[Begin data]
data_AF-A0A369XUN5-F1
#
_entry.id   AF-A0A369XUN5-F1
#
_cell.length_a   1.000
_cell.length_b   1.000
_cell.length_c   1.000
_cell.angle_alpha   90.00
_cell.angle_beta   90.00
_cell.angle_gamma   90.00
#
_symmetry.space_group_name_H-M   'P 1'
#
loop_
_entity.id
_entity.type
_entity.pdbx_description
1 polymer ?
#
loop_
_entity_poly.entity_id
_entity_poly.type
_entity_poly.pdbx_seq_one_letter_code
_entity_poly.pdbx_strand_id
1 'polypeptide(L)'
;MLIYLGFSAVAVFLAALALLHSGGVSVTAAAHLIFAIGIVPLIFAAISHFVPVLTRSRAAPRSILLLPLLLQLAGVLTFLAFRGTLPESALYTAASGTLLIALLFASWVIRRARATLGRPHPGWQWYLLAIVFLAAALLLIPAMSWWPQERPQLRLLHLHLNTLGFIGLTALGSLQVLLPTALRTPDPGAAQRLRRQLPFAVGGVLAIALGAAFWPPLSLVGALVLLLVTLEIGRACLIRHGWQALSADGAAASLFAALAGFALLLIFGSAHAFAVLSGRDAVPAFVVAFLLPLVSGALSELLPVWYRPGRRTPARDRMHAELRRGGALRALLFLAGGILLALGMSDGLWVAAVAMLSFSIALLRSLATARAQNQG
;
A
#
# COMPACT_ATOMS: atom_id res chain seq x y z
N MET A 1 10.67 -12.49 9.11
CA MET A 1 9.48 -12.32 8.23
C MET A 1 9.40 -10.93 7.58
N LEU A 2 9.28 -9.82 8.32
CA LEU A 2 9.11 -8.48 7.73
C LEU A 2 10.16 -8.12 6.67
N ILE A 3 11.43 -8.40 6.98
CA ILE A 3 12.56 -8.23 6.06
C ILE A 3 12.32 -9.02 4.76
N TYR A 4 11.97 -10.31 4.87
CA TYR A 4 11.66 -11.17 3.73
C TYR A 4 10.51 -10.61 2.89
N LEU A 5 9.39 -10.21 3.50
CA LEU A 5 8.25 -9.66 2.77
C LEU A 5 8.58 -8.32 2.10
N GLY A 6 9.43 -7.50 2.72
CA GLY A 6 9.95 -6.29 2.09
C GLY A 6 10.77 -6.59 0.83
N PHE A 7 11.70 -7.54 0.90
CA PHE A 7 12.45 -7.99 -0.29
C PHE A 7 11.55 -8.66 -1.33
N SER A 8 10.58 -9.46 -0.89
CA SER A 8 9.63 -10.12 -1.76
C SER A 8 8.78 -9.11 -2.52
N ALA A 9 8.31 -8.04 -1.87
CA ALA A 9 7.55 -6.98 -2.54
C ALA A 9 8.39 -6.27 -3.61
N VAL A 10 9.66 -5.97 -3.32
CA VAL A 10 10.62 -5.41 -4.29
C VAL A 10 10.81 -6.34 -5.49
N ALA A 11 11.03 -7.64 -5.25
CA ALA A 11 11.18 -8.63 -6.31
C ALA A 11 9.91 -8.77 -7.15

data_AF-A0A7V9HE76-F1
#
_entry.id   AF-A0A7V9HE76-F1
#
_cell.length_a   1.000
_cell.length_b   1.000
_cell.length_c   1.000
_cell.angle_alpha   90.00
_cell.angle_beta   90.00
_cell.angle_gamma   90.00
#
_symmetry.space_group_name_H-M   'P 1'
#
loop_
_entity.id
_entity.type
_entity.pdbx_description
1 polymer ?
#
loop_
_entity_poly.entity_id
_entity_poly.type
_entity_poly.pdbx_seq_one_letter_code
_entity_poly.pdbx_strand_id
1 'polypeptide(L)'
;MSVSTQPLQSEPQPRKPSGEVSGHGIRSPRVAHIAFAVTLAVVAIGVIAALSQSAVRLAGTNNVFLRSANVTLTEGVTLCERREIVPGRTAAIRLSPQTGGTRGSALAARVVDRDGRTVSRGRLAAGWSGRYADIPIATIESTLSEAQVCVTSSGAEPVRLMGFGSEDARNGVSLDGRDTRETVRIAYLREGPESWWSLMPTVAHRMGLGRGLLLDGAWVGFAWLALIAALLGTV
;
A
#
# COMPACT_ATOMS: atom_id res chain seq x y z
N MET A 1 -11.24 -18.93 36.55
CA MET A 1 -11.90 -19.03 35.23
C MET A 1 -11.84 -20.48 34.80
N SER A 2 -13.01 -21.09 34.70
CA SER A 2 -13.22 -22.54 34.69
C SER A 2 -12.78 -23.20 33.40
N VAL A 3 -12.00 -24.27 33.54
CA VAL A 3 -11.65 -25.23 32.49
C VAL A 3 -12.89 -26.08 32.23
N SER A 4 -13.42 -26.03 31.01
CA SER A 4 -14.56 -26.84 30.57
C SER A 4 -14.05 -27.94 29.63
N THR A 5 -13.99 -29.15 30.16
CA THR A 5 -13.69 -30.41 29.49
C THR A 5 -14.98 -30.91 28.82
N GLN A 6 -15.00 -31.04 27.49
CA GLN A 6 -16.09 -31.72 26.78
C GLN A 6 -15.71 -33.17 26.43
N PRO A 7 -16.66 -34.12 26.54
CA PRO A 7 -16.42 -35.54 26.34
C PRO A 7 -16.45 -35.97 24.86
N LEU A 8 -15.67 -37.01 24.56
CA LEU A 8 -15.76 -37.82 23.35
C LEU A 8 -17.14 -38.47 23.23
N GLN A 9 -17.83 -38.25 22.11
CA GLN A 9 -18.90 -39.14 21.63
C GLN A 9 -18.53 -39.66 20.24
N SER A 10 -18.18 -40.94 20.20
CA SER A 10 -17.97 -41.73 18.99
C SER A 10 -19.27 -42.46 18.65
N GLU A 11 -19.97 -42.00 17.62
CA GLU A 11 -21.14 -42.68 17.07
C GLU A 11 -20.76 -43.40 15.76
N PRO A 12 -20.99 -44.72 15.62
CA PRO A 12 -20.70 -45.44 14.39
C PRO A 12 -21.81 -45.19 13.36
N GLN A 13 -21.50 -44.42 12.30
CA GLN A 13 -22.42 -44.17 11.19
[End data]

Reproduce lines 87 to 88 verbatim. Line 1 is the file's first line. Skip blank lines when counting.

_entity_poly.pdbx_strand_id
1 'polypeptide(L)'